Upwardly mobile: Why social mobility matters

As an employer, as a professional body and as a thought leader, AAT’s commitment to social mobility is unwavering. However, some continue to question why this is something in which AAT invests.

Mobility problems

Those from better-off backgrounds are almost 80% more likely to end up in a professional job than those from a working-class background and even when those from a lower socio-economic background secure a professional job, they typically earn 17% less than their more privileged colleagues.

This is simply unacceptable. It has nothing to do with talent or potential and everything to do with a lack of opportunity.

The problem is particularly pronounced in the accountancy sector with research from the Bridge Group confirming that the largest accounting firms are less likely to employ applicants from low-income backgrounds than their wealthier peers, despite a range of award-winning programmes to change this.

Educational institutions and businesses large and small can do more to help deliver greater social mobility and like many others, AAT is playing a part in seeking to change things for the better.

Employer responsibility

In 2018, AAT undertook its first internship programme, giving an opportunity to 7 individuals from disadvantaged backgrounds. The scheme proved so successful for interns and AAT that AAT was awarded “Employer Newcomer of the Year by the Brokerage.

“We chose AAT as Employer Newcomer of the Year… for being a supporting, accommodating and welcoming organisation. This helped the interns to settle down quickly and enjoy the experience,” Bridget Gardiner Chief Executive, The Brokerage

Last year, AAT undertook interviewer training to underscore the impact of unconscious bias on the recruitment process; to ensure that AAT’s recruitment process is fair and that it promotes the organisations values.

AAT has also taken part in the Employers Network for Equality and Inclusion (ENEI) benchmarking survey, performing well in many areas but also helping to identify areas for improvement and informing AAT’s new Equality & Diversity Inclusion strategy, recently signed off by AAT’s Executive Committee.

The power of apprenticeships

AAT plays a crucial role in the apprenticeship marketplace with approximately 16,000 apprentices. These are being offered by a very diverse range of employers including 80% of the FTSE 100, local and central Government, the third sector and many SMEs.

Data from the Department for Education shows that apprentices tend to come from relatively low socio-economic backgrounds – their parents are less likely be in higher-level and professional occupations and more likely to be in semi-routine and routine occupations.

Yet a wealth of evidence also points to the positive impact apprenticeships can have.

An attractive proposition

Most professions, including accountancy, are today accessed via an apprenticeship as well as via a graduate route, meaning whilst the destination for many may be the same, the route may be somewhat different – with an apprenticeship often proving to be a more attractive proposition.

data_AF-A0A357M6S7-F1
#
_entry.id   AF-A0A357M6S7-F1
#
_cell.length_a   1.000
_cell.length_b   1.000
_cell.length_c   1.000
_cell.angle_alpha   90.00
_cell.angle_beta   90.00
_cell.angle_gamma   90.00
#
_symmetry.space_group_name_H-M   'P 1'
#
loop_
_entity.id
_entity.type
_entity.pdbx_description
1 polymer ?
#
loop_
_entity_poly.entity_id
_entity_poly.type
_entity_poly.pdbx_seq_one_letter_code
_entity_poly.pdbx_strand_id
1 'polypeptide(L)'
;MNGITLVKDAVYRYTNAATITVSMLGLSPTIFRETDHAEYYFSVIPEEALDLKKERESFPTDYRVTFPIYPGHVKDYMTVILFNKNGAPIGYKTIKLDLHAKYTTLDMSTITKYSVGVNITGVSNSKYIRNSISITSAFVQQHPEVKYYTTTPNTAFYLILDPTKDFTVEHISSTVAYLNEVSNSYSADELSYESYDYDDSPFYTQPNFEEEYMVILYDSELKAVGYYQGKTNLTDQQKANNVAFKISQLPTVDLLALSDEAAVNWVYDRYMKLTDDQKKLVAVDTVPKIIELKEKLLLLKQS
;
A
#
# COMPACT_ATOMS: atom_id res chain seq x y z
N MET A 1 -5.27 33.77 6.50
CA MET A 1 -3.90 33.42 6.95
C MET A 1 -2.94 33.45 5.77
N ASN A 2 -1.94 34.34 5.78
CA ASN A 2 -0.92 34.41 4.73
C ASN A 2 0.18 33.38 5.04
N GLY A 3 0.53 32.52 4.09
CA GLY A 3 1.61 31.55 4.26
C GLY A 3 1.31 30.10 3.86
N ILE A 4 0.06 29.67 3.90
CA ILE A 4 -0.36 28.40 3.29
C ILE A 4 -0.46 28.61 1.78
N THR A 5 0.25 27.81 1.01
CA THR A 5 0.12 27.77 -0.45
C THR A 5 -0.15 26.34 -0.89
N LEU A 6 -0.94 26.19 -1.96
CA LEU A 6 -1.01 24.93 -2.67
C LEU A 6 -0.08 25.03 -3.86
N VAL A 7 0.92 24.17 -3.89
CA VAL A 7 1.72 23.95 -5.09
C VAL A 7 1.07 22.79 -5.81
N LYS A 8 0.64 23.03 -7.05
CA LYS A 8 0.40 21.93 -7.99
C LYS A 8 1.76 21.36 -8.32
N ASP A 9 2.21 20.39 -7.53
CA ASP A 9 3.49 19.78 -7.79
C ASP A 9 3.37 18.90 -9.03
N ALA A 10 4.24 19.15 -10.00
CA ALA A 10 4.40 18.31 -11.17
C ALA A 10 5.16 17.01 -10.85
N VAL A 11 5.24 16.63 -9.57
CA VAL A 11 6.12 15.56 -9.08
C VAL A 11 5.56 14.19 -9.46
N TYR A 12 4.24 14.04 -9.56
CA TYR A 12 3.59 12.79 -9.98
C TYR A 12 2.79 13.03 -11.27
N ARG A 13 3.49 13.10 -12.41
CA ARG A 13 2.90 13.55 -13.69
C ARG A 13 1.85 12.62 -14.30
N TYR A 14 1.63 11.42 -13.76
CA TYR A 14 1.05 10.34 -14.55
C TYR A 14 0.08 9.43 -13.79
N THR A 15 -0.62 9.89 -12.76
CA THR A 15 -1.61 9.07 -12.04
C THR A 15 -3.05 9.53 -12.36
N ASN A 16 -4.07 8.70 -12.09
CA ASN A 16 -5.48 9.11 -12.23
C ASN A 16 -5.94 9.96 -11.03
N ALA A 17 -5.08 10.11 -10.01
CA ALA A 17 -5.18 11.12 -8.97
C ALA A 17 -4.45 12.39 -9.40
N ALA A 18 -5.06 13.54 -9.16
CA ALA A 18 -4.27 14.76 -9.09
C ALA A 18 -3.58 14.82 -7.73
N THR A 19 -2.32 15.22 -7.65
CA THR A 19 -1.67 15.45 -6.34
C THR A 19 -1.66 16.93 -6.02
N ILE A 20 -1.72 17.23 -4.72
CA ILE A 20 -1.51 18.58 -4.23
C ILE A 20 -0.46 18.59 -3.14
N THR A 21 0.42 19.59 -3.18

The social mobility impacts are clear too. In 2018, almost three-quarters (74%) of apprentices who had never worked before completing their apprenticeship had moved into and remained in paid work. That’s a powerful incentive for many.

As well as increasing employability, apprenticeships tend to have a positive effect on earning potential and moving on to higher levels of training.

Accountancy, ahead of the curve?

In fact, despite long term problems at the top, looking at social mobility more widely, the accountancy sector could arguably be considered ahead of the game in terms of acting to address the problem.

For example, the top two organisations in the 2018 Social Mobility Employer Index were both accountancy firms – KPMG & Grant Thornton – both of whom offer AAT qualifications as part of their Apprenticeship programmes.

Many smaller firms also hire apprentices and should be commended and supported for doing so. Likewise, many smaller firms recognise the benefits of a diverse workforce and of taking on those who are clearly bright and suitable but may not necessarily have the right grades on paper.

As Dominique Unsworth, a small business owner and SME Apprenticeship Ambassador, recently said; “Rather than focus on pre-existing academic achievements, apprenticeships enabled us to focus on recruitment based on raw talent, initiative, willingness to learn and practical skills. This in turn resulted in more socio-economic and cultural diversity within our organisation and increased our worldview and ability to innovate.”

In Summary

The message is relatively simple. The UK has a social mobility problem and it’s up to all of us – professional bodies, educators, employers large and small, politicians – to take action. In the 21st century, an individual’s birthplace or parental income should not dictate success, instead ability and potential are surely what matters most?

Phil Hall is AAT's Head of Public Affairs and Public Policy.

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